Discussion

To address the disease burden attributable to outdoor air pollution, governments and policymakers around the world need accurate estimates of exposure–response functions that relate changes in outdoor air pollution concentrations to changes in health risks. To date, the IER has served this purpose, but this method has several limitations, including the use of exposure/health-risk data from sources other than outdoor air pollution. Here, we demonstrated that stable hazard ratio predictions can be obtained across the global range of PM2.5 concentrations using only studies of outdoor air pollution using an alternative hazard ratio model and method of statistical inference (25) compared to that used for the IER (3,4). By using a common statistical approach to characterizing the shape of exposure–response relationships within cohorts and then combined across cohorts, the GEMM provides a detailed examination of the shape of the outdoor exposure–mortality association, spanning the global distribution of exposure. Importantly, the manner in which we constructed the GEMM and characterized its uncertainty (SI Appendix, SI Methods and Fig. S7) can be directly implemented in currently available computer software used for air-quality health impact assessments, such as those used by the US Environmental Protection Agency (USEPA) (9), Health Canada (35), and the WHO (36).
One of the most important implications of our method is that the GEMM predicted mortality hazard ratios that were almost always larger than those of the previous IER model, with much larger risks observed at higher PM2.5 concentrations (SI Appendix, Fig. S1). Specifically the global estimates of mortality attributable to ambient fine particulate air pollution (8.9 million, 95% CI: 7.5–10.3) were 120% higher than previous estimates and suggest comparable impact to the leading global mortality risk factors of diet (10.3 million deaths, 95% CI: 8.8–11.9) and cigarette smoking (6.3 million deaths; 95% CI: 5.7–7.0) (1). The GEMM estimates also suggested that health benefits associated with reductions in PM2.5 concentrations are much greater than previously suggested, particularly in areas with elevated concentrations such as India or China (Table 1).
In particular, the IER displayed the most curvature for IHD and stroke, in part due to the inclusion of hazard ratios for active smoking, which are proportionately not much larger than those for outdoor air pollution but are assigned much higher PM2.5 exposures (4). Since the GEMM does not rely on information related to active smoking, it is not influenced by these patterns. Similarly, the GEMM does not rely on information from secondhand smoking or household heating and cooking studies. Collectively, these additional sources of exposure information included in the IER reduce hazard ratio estimates compared with the GEMM method, which relies only on data from cohort studies of outdoor air pollution.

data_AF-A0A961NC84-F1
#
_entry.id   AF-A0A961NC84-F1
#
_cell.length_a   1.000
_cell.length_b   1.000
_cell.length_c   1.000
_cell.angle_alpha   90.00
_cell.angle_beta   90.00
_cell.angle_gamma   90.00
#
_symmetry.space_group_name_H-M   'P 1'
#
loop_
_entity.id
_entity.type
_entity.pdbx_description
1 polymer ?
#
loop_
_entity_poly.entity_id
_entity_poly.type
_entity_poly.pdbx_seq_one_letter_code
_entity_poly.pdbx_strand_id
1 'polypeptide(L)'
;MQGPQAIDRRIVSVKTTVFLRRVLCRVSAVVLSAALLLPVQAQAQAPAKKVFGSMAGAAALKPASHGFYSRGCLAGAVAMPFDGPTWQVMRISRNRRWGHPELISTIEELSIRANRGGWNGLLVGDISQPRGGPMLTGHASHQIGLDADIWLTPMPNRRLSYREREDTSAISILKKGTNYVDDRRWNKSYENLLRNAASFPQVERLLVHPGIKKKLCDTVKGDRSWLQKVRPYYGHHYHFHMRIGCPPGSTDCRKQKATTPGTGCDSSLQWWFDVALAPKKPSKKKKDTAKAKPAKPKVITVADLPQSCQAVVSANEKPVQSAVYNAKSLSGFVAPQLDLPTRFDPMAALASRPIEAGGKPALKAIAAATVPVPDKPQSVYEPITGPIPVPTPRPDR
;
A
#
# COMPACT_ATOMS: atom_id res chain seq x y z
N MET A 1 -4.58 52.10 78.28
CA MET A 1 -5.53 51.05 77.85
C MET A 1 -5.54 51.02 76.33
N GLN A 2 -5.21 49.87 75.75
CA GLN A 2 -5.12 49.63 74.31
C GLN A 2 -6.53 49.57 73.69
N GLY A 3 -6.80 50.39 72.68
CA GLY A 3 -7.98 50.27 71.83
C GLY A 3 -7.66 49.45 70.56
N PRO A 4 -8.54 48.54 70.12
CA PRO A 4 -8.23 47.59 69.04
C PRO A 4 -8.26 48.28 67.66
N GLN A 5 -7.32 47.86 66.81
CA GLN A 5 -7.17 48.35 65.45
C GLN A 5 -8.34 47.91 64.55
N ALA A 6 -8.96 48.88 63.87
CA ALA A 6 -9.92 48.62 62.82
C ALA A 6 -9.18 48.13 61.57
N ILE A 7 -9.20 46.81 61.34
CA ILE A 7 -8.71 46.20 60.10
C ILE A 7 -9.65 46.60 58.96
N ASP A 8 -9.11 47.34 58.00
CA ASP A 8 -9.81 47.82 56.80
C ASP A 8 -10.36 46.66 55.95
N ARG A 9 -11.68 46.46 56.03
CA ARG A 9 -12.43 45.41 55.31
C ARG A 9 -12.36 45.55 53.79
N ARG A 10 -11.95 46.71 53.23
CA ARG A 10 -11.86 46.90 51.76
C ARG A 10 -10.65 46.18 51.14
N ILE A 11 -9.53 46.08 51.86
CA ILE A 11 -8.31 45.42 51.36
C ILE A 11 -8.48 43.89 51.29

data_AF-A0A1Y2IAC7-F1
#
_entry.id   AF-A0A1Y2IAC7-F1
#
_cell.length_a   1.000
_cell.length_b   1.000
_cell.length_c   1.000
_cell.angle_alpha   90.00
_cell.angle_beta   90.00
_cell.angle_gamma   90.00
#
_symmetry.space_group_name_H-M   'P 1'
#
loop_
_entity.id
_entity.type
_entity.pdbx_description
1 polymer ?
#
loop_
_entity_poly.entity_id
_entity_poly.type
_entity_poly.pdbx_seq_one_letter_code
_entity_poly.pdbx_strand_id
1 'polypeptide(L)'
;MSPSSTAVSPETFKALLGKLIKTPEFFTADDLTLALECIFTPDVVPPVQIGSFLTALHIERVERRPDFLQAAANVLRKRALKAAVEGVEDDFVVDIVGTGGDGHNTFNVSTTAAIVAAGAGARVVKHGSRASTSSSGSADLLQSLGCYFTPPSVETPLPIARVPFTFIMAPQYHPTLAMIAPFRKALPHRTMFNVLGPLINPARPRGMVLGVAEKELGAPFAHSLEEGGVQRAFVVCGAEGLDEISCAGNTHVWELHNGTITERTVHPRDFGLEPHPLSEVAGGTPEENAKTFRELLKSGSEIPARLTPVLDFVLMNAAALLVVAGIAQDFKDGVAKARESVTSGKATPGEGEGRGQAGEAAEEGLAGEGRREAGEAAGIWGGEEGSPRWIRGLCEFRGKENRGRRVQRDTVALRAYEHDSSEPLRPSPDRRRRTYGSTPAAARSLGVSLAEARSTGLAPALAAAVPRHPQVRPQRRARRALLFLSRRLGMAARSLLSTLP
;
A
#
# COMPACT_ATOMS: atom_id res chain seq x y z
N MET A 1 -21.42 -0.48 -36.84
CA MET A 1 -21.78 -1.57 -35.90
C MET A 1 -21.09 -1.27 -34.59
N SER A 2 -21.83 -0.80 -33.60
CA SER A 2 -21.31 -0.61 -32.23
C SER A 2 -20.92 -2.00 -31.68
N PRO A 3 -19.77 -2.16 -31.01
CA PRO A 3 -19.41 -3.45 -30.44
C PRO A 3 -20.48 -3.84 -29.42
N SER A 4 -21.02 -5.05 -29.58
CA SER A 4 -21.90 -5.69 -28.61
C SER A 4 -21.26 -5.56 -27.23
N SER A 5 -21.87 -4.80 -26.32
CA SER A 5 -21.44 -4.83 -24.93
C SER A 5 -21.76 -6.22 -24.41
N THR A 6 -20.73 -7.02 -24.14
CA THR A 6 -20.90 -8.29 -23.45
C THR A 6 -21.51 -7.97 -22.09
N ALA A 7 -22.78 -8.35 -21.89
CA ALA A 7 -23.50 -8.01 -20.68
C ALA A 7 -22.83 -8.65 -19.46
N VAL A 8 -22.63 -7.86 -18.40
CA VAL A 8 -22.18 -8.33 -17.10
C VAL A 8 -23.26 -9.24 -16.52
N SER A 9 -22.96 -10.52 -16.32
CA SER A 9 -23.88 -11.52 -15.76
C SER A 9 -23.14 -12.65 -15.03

A second important feature of our GEMM method relates to the fact that it incorporates outdoor air pollution data across the most of the global exposure range, covering 97% of the global population, owing to the inclusion of a cohort study in China (10). Importantly, our sensitivity analyses suggest that the GEMM was not sensitive to our selection of an ensemble of two models from the Chinese cohort for NCD+LRI causes, but was somewhat sensitive for IHD and stroke mortality (SI Appendix, Fig. S6). Moving forward, it is important that additional cohort studies be conducted in these higher-exposure environments to corroborate the results of the Chinese cohort with regard to both the shape and the magnitude of health risks associated with PM2.5.
Our detailed analyses using subject-level data in 15 cohorts also provides direct evidence to characterize the shape of the exposure–response relationship at relatively low concentrations, an innovation of direct relevance to setting of air-quality standards. Ten of the 15 cohorts had exposures less than the WHO ambient air-quality guideline of 10 µg/m3, and in each case we observed an increase in the hazard ratio between their respective minimum concentrations and 10 µg/m3. Such evidence would not have been possible without these detailed within-cohort analyses. In comparison, the GBD2015 version of the IER model incorporated a counterfactual uncertainty distribution characterized by a uniform random variable with lower/upper bounds of 2.4 and 5.9 µg/m3, respectively. These limits were based on the average of the minimum and fifth percentiles of the exposure distributions among cohorts with relatively low concentrations (3). This counterfactual distribution was intended to describe uncertainty in the shape at low concentrations given absence of direct evidence.
Traditionally, quantitative estimates of the global mortality impacts of outdoor air pollution have been based on five specific causes of death, including lung cancer, IHD, COPD, stroke, and LRI. In this study, estimates of excess deaths based on baseline mortality rates for NCDs plus LRIs (NCD+LRI) were 30% higher than those based on the five specific causes of death using the GEMM. This was due, in part, to the lower baseline mortality rate for the five specific causes of death compared with NCD+LRI (52%). However, this observation also suggests that exposure to PM2.5 is contributing to mortality from causes other than the five examined here and in the GBD (1). This is an interesting finding which supports emerging evidence that other diseases not yet included in most impact analyses are related to PM2.5 exposure (3739).